The Unapologetic Mathematician

Mathematics for the interested outsider

Proving the Classification Theorem IV

We continue proving the classification theorem. The first three parts are here, here, and here.

  1. Any connected graph \Gamma takes one of the four following forms: a simple chain, the G_2 graph, three simple chains joined at a central vertex, or a chain with exactly one double edge.
  2. This step largely consolidates what we’ve done to this point. Here are the four possible graphs:

    The labels will help with later steps.

    Step 5 told us that there’s only one connected graph that contains a triple edge. Similarly, if we had more than one double edge or triple vertex, then we must be able to find two of them connected by a simple chain. But that will violate step 7, and so we can only have one of these features either.

  3. The only possible Coxeter graphs with a double edge are those underlying the Dynkin diagrams B_n, C_n, and F_4.
  4. Here we’ll use the labels on the above graph. We define

    \displaystyle\epsilon=\sum\limits_{i=1}^pi\epsilon_i

    \displaystyle\eta=\sum\limits_{j=1}^qj\eta_j

    As in step 6, we find that 2\langle\epsilon_i,\epsilon_{i+1}\rangle=-1=2\langle\eta_j,\eta_{j+1}\rangle and all other pairs of vectors are orthogonal. And so we calculate

    \displaystyle\begin{aligned}\langle\epsilon,\epsilon\rangle&=\sum\limits_{i=1}^pi^2\langle\epsilon_i,\epsilon_i\rangle+2\sum\limits_{i<j}ij\langle\epsilon_i,\epsilon_j\rangle\\&=\sum\limits_{i=1}^pi^2+\sum\limits_{i=1}^{p-1}i(i+1)2\langle\epsilon_i,\epsilon_{i+1}\rangle\\&=\sum\limits_{i=1}^pi^2-\sum\limits_{i=1}^{p-1}(i^2+i)\\&=p^2-\sum\limits_{i=1}^{p-1}i\\&=p^2-\frac{p(p-1)}{2}\\&=\frac{p(p+1)}{2}\end{aligned}

    And similarly, \langle\eta,\eta\rangle=\frac{q(q+1)}{2}. We also know that 4\langle\epsilon_p,\eta_q\rangle^2=2, and so we find

    \displaystyle\langle\epsilon,\eta\rangle^2=p^2q^2\langle\epsilon_p,\eta_q\rangle^2=\frac{p^2q^2}{2}

    Now we can use the Cauchy-Schwarz inequality to conclude that

    \frac{p^2q^2}{2}=\langle\epsilon,\eta\rangle^2<\langle\epsilon,\epsilon\rangle\langle\eta,\eta\rangle=\frac{p(p+1)q(q+1)}{4}

    where the inequality is strict, since \epsilon and \eta are linearly independent. And so we find

    \displaystyle\begin{aligned}\frac{p^2q^2}{2}&<\frac{p(p+1)q(q+1)}{4}\\2p^2q^2&<p(p+1)q(q+1)\\2pq&<(p+1)(q+1)\\2pq&<pq+p+q+1\\pq-p-q+1&<2\\(p-1)(q-1)&<2\end{aligned}

    We thus must have either p=q=2, which gives us the F_4 diagram, or p=1 or q=1 with the other arbitary, which give rise the the B_n and C_n Coxeter graphs.

February 25, 2010 Posted by | Geometry, Root Systems | 5 Comments

Proving the Classification Theorem III

Sorry, but what with errands today and work on some long-term plans, I forgot to put this post up this afternoon.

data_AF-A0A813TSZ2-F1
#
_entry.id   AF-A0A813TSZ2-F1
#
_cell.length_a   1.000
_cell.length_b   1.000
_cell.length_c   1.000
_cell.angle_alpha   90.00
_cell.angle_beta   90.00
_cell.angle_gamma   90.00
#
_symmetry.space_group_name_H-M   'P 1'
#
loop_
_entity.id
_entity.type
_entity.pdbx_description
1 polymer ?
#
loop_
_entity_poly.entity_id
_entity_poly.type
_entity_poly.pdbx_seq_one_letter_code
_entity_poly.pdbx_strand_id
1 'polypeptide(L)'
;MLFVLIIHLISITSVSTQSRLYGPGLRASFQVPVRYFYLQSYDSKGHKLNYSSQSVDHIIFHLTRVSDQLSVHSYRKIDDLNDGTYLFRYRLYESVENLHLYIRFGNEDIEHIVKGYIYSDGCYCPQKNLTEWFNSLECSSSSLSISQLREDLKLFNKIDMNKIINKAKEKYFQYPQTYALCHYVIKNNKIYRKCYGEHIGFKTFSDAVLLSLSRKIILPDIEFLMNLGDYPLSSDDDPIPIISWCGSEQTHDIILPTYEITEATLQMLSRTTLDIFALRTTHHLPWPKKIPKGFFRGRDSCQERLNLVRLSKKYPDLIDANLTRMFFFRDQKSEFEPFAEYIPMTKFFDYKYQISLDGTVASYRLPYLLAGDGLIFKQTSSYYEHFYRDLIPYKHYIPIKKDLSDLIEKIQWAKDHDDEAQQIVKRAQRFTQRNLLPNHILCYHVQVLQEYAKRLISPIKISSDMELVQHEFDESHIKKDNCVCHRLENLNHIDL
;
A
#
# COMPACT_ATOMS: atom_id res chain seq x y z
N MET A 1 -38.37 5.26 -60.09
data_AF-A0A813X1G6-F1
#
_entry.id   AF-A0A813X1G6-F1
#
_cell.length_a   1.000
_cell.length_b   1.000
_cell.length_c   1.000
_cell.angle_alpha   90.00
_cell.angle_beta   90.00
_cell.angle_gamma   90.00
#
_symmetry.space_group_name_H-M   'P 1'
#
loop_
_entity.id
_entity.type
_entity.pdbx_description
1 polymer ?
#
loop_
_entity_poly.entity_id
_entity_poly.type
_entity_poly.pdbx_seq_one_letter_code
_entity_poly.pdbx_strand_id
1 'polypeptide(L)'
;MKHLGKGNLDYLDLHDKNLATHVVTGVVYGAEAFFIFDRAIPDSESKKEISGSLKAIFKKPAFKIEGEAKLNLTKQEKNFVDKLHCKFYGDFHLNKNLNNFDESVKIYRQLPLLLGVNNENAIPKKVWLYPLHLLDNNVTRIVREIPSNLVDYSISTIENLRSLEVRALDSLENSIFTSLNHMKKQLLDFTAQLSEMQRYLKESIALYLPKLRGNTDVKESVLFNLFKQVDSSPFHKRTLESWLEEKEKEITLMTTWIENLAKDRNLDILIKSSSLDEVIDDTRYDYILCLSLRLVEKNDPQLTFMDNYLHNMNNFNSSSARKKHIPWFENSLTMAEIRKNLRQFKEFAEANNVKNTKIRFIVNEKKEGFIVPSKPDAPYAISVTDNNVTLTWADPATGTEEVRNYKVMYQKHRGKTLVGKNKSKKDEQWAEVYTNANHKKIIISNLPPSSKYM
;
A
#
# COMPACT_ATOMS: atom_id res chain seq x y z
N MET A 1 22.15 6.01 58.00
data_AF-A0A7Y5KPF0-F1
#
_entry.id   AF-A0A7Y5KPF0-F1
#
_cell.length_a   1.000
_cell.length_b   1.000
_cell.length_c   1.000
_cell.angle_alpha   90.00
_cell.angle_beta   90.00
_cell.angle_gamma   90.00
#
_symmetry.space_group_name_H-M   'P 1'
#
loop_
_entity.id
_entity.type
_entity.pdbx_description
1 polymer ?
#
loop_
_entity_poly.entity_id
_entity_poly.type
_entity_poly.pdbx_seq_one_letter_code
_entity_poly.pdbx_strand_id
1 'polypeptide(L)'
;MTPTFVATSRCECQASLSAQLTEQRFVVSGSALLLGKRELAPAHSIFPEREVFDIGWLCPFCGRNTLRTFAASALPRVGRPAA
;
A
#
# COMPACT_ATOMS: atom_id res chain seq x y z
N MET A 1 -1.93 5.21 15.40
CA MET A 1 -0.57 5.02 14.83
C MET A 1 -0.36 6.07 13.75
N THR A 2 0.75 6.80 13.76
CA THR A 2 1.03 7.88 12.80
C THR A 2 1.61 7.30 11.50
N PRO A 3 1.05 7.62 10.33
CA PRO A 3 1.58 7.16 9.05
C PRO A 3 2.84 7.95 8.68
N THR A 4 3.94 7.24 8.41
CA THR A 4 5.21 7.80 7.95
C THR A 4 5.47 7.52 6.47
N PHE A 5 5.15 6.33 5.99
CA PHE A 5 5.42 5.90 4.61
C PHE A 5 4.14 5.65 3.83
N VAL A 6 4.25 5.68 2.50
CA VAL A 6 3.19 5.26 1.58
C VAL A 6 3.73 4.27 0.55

We continue with the proof of the classification theorem. The first two parts are here and here.

  1. If \{\epsilon_1,\dots,\epsilon_k\}\subseteq\mathfrak{D} is a simple chain in the graph \Gamma, then we can remove these vectors and replace them by their sum. The resulting set is still admissible, and its graph is obtained from \Gamma by contracting the chain to a single vertex.
  2. A simple chain in \Gamma is a subgraph like

    We define

    \displaystyle\epsilon=\sum\limits_{i=1}^k\epsilon_i

    I say that if we replace \{\epsilon_1,\dots,\epsilon_k\} by \{\epsilon\} in \mathfrak{D} then we still have an admissible set \mathfrak{D}'. Any edges connecting to any of the vertices \epsilon_i will then connect to the vertex \epsilon.

    It should be clear that \mathfrak{D}' is still linearly independent. If there’s no way to write zero as a nontrivial linear combination of the vectors in \mathfrak{D}, then of course there’s no way to do it with the additional condition that the coefficients of all the \epsilon_i are the same.

    Because we have a simple chain, we find 2\langle\epsilon_i,\epsilon_{i+1}\rangle=-1 for 1\leq i\leq k-1 and \langle\epsilon_i,\epsilon_j\rangle=0 otherwise. Thus we calculate (compare to step 2)

    \displaystyle\begin{aligned}\langle\epsilon,\epsilon\rangle&=k+\sum\limits_{i<j}2\langle\epsilon_i,\epsilon_j\rangle\\&=k-(k-1)=1\end{aligned}

    and so \epsilon is a unit vector.

    Any \eta\in\Gamma can be connected by an edge to at most one of the \epsilon_i, or else \Gamma would contain a cycle (violating step 3). Thus we have either \langle\eta,\epsilon\rangle=0 if \eta is connected to no vertex of the chain, or \langle\eta,\epsilon\rangle=\langle\eta,\epsilon_i\rangle if \eta is connected to \epsilon_i by some number of edges. In either case we still find that 4\langle\eta,\epsilon\rangle^2 is 0, 1, 2, or 3, and so \mathfrak{D}' is admissible.

    Further, the previous paragraph shows that the edges connecting \epsilon to any other vertex \eta of the graph \Gamma are exactly the edges connecting the chain to \eta. Thus we obtain the graph \Gamma' of \mathfrak{D}' by contracting the chain in \Gamma to a single vertex.

  3. The graph \Gamma contains no subgraph of any of the following forms:
  4. Indeed, if one of these graphs occurred in \Gamma it would be (by step 1) the graph of an admissible set itself. However, if this were the case we could contract the central chain to a single vertex by step 6. We would then find one of the graphs

    But each of these graphs has four edges incident on the central vertex, which violates step 4!

February 25, 2010 Posted by | Geometry, Root Systems | 4 Comments

   

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